Generally, strep throat involves a bacterial infection that makes one’s throat scratchy and sore. The bacteria causing this infection is referred to as streptococcus pyogenes, and it affects the tonsils and throat. Since strep throat bacteria lives in the throat and nose, it can be transferred from one person to another. While it is common in teenagers and kids, anyone can suffer from this infection. The good news is that you can access strep throat medication both online and in physical chemists.
What are the Symptoms of Strep Throat?
The most common sign in children and adults having strep throat includes a sore throat. Nevertheless, it is worth noting that viruses such as those causing colds can cause a sore throat. One of the ways to help differentiate between strep throat and viruses is that viruses usually cause a runny nose as well. Additionally, when it comes to strep throat, the sore throat will showcase itself quickly and will likely be combined with other symptoms. These symptoms include:
- Pain when swallowing
- A fever of 101 F and above
- Tender or swollen lymph nodes at your neck’s front
- Red swollen tonsils
- Loss of appetite
- Small red spots at your mouth’s roof
- White patches in the throat
- Stomach aches, headaches and body aches
- Rashes, runny nose, rash and pinkeye.
Is it Contagious?
Streptococcus bacteria is easily passed from one person to another, making strep throat a contagious illness. Being in close contact with a person having strep throat can lead to the transfer of this bacteria when the infected person sneezes or coughs. The different ways in which strep throat bacteria can be transmitted include:
- Through sharing personal objects such as a toothbrush, spoon, or a glass with an infected person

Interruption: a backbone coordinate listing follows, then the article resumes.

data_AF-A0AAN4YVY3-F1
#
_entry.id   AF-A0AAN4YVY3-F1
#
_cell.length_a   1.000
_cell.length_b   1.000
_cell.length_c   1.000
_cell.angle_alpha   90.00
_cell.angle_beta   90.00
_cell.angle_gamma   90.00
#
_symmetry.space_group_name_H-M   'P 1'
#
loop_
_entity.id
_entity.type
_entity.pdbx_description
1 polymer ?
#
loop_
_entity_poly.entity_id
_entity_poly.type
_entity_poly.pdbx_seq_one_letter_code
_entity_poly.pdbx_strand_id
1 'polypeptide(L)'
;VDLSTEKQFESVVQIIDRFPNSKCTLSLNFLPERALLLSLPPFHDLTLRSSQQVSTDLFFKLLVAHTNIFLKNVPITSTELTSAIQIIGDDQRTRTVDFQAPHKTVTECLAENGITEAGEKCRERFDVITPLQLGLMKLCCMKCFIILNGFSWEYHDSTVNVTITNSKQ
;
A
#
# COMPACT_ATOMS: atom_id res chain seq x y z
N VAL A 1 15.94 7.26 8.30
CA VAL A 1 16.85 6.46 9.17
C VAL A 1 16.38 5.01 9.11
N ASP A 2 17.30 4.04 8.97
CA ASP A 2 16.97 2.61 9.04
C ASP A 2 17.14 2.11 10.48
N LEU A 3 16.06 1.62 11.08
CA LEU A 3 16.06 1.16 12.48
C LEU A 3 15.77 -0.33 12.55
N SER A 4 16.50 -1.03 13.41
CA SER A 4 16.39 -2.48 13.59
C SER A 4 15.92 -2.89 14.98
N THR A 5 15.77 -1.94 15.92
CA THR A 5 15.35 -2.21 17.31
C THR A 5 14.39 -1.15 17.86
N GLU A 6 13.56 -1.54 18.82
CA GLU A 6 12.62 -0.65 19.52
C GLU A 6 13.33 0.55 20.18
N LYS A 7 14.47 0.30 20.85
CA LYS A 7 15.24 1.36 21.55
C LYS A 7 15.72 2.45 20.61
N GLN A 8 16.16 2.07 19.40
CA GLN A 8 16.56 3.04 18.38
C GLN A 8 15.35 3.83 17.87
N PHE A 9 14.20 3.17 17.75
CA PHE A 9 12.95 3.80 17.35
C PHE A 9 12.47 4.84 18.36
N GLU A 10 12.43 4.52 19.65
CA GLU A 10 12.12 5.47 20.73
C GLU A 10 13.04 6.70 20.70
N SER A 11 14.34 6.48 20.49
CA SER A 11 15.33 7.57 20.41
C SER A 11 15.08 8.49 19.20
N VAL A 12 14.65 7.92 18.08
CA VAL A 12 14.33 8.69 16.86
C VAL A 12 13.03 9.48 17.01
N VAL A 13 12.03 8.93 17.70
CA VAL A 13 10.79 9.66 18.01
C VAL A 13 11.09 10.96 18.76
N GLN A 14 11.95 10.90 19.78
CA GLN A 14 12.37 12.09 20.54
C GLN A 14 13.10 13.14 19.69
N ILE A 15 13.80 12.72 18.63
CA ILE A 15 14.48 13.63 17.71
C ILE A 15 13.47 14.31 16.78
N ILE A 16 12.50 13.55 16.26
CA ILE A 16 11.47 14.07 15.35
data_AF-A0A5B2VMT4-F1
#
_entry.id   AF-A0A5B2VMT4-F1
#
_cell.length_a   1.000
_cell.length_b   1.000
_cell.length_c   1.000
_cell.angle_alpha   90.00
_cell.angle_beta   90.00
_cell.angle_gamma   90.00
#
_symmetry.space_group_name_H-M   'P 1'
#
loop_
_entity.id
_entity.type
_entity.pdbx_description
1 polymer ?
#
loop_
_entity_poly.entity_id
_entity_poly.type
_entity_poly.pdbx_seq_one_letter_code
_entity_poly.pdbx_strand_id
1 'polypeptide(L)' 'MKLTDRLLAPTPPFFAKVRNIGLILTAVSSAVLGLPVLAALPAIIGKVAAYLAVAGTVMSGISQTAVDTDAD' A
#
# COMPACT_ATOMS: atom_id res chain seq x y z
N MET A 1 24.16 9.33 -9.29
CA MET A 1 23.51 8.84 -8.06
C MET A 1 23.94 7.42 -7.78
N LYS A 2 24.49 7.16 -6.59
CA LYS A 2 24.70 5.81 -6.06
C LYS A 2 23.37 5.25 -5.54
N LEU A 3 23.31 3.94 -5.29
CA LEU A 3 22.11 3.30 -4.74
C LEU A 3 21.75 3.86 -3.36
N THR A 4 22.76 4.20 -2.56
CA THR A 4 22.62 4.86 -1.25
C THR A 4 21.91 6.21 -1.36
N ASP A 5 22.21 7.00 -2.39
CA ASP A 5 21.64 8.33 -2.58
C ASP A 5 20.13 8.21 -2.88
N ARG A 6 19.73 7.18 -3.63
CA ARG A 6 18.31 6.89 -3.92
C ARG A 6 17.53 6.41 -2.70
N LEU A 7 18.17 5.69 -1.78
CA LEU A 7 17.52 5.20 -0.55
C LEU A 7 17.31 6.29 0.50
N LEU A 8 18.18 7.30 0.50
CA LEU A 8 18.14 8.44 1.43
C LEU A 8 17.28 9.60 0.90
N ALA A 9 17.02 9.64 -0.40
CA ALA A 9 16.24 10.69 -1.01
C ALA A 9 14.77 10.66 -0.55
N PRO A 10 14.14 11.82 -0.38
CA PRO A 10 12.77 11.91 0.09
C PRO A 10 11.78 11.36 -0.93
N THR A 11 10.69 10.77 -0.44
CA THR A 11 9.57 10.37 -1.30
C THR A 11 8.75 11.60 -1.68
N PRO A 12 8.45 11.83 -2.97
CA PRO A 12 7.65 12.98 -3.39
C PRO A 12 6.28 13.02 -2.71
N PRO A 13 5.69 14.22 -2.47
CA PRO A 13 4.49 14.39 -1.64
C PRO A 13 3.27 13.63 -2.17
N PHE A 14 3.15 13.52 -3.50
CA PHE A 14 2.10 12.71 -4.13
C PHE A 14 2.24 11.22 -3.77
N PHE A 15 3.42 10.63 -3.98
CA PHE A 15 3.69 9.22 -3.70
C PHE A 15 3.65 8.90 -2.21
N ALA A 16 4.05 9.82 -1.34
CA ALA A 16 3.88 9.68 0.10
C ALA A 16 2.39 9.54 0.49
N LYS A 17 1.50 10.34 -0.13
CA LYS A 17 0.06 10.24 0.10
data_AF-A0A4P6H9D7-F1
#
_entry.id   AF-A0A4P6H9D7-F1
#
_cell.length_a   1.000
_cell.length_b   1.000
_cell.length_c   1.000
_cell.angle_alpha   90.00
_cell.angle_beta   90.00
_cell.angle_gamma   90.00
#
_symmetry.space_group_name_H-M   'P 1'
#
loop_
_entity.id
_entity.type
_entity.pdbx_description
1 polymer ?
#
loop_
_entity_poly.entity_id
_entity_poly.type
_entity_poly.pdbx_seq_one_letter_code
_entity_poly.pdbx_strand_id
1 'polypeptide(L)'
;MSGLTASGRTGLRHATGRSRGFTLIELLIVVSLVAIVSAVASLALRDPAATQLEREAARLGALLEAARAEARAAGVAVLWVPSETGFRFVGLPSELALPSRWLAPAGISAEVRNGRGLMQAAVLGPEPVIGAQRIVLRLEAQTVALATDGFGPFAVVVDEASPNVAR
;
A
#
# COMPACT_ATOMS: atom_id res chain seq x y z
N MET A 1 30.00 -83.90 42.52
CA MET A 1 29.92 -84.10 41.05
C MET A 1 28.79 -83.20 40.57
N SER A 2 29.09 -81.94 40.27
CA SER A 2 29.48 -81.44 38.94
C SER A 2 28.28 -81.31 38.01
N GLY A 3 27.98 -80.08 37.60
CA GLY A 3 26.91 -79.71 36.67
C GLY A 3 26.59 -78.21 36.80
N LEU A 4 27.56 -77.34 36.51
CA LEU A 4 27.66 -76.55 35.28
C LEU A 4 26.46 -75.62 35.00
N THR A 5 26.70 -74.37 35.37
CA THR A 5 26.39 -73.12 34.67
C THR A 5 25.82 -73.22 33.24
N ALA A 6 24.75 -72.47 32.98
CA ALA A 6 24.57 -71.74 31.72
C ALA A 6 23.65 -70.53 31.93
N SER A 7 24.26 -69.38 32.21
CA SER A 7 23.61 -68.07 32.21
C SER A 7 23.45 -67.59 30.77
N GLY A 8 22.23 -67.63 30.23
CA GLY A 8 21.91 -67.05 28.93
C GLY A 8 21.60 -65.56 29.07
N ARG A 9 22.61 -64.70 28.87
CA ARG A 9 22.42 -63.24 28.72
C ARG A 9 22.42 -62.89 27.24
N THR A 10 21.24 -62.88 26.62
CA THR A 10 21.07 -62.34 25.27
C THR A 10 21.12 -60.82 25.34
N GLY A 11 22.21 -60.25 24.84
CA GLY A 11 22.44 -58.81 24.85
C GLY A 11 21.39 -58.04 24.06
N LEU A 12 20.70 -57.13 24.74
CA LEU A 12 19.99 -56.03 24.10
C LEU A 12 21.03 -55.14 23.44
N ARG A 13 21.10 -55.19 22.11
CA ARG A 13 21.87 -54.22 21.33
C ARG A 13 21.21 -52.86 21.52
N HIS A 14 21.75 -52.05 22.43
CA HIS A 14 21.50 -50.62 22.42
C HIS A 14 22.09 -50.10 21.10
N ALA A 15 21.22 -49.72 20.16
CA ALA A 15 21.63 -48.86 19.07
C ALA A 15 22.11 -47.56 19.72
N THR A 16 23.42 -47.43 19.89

- Breathing in the infected droplets in the air
- Kissing an infected individual
- Touching surfaces that the droplets settle on, like tables and door knobs, and then rub yourself on the mouth, nose, or eyes
After contracting this bacteria, you typically have about 2-5 days to start showing signs. Remember, one can remain contagious for up to a month if they do not seek treatment.
How is Strep Throat Treated?
Usually, your doctor will prescribe antibiotics to help eliminate the bacteria from your body. While most treatments last about ten days, some medicines will make symptoms disappear faster and prevent further complications.
You might realize that you or your child test positive during a test but exhibit no symptoms. In such a case, this means you are just a carrier of the bacteria and less likely to spread the bacteria to others. Mostly, carriers will not have any complications, thus no need for medication either. Nevertheless, if you are given a prescription, it is essential to ensure you or your child take a complete dose. Taking the medicine halfway may leave some bacteria alive, thus making you sick again. Also, mention to your doctor if you have allergic reactions to any antibiotics. If your strep test is negative, your sore throat will likely result from a virus, and antibiotics wi